Sunday, January 19, 2014

Hailes Abbey Walk, Cotswolds

Distance: 5 miles
Start & Finish: Hailes Abbey Car Park next to Hailes Church.
Refreshments: Hayles Fruit Farm on the downhill stretch just above Hailes Abbey.
Parking: Next to Hailes Church
Conditions:  Some muddy stretches with a muddy hill climb (during January at least), pass through fields of livestock including sheep and horses, quite a few horses and riders out on the trails and a number of cyclists on the roads.
The AA Walks guide
Runkeeper Route:  Runkeeper

We had the weekend staying in the White Hart Hotel in Winchcombe in the Cotswolds with the plan of spending at least one day walking in the area, Saturday's weather didn't look great, but Sunday was the day with clear skies and just a little light wind.  After an excellent meal in the White Hart in the evening we were ready to burn the calories off on a good walk.

Hailes Abbey Ruins.
We had picked up a reduced priced box of Cotswolds walking guides, published the AA,  from the Bookshop in Broadway on Saturday and chose the walk around Hailes abbey which is 5 miles.

Parking in the car park for Hailes Abbey, which is under English Heritage's care and unfortunately not open during the winter months but the ruins can be seen without entering the grounds we set off and followed the route.

Didbrook Church.
We had a little confusion approaching Didbrook when the card said cross a style, then another style and a foot bridge, the first style has been turned into a kissing gate and there is a style to the left and another kissing gate straight ahead and no sign of a footbridge.  We opted to take the style and head for the public phone box that marked the road through Didbrook.  The AA have corrected this on their online route guide.

After a while following the road up to Wood Stanway you are joined by the Cotswold way and it is the Cotswold way that you follow all the way back to the Abbey.

Climbing up to the top of the hill, which is muddy going especially with the damp winter that we have, gives you a wonderful view out over the valley and there is even a seat to rest and enjoy the view.

The route follows the top of the hill to Beckbury Camp Iron Age fort and Cromwell's Chair, which is where Thomas Cromwell allegedly watched the destruction of Hailes Abbey.
Cromwell's Chair.

Returning back down the hill past Hayles Fruit Farm, where there is a cafe was down a track that was good underfoot.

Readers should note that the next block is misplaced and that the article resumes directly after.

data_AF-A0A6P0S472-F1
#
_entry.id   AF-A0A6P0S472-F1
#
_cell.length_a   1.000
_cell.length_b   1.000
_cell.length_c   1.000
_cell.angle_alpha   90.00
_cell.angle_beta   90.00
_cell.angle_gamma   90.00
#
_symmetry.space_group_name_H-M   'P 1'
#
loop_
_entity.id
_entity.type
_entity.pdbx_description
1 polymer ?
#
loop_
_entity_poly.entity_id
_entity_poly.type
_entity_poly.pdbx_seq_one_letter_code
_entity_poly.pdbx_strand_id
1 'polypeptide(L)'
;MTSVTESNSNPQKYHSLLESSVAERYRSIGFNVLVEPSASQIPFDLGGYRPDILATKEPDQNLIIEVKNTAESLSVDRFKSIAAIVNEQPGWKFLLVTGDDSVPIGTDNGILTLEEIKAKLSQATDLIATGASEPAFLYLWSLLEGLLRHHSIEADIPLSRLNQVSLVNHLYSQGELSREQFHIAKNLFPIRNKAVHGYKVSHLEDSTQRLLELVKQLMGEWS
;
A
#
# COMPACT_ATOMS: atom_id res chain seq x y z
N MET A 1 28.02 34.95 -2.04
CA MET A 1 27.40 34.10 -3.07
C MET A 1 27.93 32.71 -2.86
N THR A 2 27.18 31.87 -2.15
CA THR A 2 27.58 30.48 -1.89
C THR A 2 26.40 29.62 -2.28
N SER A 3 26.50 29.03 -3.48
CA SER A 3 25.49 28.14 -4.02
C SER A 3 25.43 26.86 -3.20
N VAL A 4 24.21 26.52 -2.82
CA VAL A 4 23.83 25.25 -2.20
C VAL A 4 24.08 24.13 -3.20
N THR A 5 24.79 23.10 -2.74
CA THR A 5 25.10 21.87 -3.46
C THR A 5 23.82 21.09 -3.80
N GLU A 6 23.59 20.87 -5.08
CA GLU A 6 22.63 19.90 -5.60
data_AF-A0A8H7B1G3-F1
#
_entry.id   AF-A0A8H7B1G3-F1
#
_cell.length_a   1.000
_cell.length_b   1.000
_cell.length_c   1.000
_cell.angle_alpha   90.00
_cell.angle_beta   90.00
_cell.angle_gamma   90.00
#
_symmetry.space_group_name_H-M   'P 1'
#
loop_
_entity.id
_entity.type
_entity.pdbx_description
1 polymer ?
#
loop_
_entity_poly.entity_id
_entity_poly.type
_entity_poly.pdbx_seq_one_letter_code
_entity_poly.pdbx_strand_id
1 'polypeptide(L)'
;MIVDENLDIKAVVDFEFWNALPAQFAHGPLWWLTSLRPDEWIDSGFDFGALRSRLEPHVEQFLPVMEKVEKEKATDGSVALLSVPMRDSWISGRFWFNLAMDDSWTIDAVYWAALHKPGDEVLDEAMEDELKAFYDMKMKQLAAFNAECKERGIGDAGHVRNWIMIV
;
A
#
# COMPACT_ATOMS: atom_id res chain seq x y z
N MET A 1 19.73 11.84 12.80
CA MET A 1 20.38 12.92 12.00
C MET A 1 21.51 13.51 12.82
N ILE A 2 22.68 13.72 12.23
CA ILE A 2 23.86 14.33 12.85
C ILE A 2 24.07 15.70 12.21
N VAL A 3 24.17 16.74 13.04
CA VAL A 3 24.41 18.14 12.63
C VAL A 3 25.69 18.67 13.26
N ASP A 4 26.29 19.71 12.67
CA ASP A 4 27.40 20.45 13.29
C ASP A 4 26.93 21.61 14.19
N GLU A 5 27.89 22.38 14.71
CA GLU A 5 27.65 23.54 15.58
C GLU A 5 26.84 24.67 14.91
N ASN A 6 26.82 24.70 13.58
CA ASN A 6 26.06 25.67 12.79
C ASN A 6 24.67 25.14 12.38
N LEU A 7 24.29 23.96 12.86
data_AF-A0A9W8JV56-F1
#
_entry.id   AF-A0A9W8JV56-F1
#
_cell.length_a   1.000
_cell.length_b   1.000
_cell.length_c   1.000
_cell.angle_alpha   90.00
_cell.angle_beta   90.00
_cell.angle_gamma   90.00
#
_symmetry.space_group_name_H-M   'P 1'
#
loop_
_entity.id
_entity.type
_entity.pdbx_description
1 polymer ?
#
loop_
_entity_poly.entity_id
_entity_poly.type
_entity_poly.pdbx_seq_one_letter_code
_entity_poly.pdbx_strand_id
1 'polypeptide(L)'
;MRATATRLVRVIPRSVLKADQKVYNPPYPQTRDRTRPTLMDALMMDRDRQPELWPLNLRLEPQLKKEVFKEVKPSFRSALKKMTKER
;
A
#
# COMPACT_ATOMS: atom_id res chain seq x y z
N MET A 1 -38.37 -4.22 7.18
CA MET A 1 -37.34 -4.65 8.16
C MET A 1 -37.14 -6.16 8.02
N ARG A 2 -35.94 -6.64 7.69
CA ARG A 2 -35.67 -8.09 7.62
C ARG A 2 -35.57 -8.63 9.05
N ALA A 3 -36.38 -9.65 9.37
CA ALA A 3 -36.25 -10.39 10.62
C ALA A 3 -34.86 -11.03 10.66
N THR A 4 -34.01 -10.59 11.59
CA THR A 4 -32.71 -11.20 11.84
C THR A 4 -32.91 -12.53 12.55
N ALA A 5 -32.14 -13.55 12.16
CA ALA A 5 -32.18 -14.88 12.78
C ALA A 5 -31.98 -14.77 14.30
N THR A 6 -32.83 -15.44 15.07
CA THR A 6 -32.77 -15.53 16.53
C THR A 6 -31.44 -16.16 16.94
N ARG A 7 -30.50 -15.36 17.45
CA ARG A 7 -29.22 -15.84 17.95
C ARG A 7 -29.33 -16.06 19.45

Hailes Church.
We had an enjoyable walk in good clear weather that gave us good views.

Retrurning home we stopped at the Fosse Bridge Inn on the Fosseway.

Views of the Valley.

Saturday, January 11, 2014

A walk around the transport links of Whitchurch

Distance: 3.5 miles
Start & Finish: Either Bell St car park or Whitchurch Silk Mill.  Whitchurch station a possible option.
Conditions: no steep gradients, surface mud underfoot.
Refreshments: (all in Whitchurch town) H's Coffee Shop, The Bell Inn, The Red House, The White Hart, The Kings Arms
Parking: Bell St Car park or the Silk Mill
Whitchurch web walk number 2.
Runkeeper Route:  Runkeeper

As it was warm outside we decided to go for a short walk.  We have a loop around the town that we do regularly but decided to try something different today.

We decided to choose the walk 2 from the Whitchurchweb website.

We started the walk from the Silk Mill and joined the route at the top of Fairclose as it heads up the path.

The directions have changed at the top of the cemetery due to a recent housing development.

After passing the cemetery enter the housing development and follow the footpath sign between two houses, continue following the path as it parallels the disused railway line and past the old railway station and underpass, continue straight until you come to an open field, cross diagonally across the field and rejoin the route as you arrive at Bloswood Ln.

The rest of the route is as described on the website.

Whitchurch from the Northwest.

This walk has a good view of Whitchurch from the north, but suffers in its adjacency from the A34 and the subsequent road noise is present throughout reducing only within the town itself.

Disused Didcot, Newbury and Southampton Railway.
In places the route is along the disused Didcot, Newbury and Southampton Railway (DN&SR) which ran from 1882 until its closure in 1964.  The old railway station can be seen early on, although this is now a private dwelling.

West of England Main Line looking East towards Whitchurch Station. 

Also the route passes over and under the West of England mainline and is fairly close the the station.

DNS&R railway tunnel under the West of England Main Line

As an alternative the route could be started from Whitchurch Railway station by exiting the station and heading straight ahead until you meet Evingar Rd, turn right and follow the road downhill, the trail comes up and joins from 'Pesthouse Ln' on the right just before Ardglen Road.  To return to the station, follow the route coming out of the tunnel under the rail line and turn left as it meets Evingar Ln.

We had an enjoyable short walk and will look to do some more in the near future.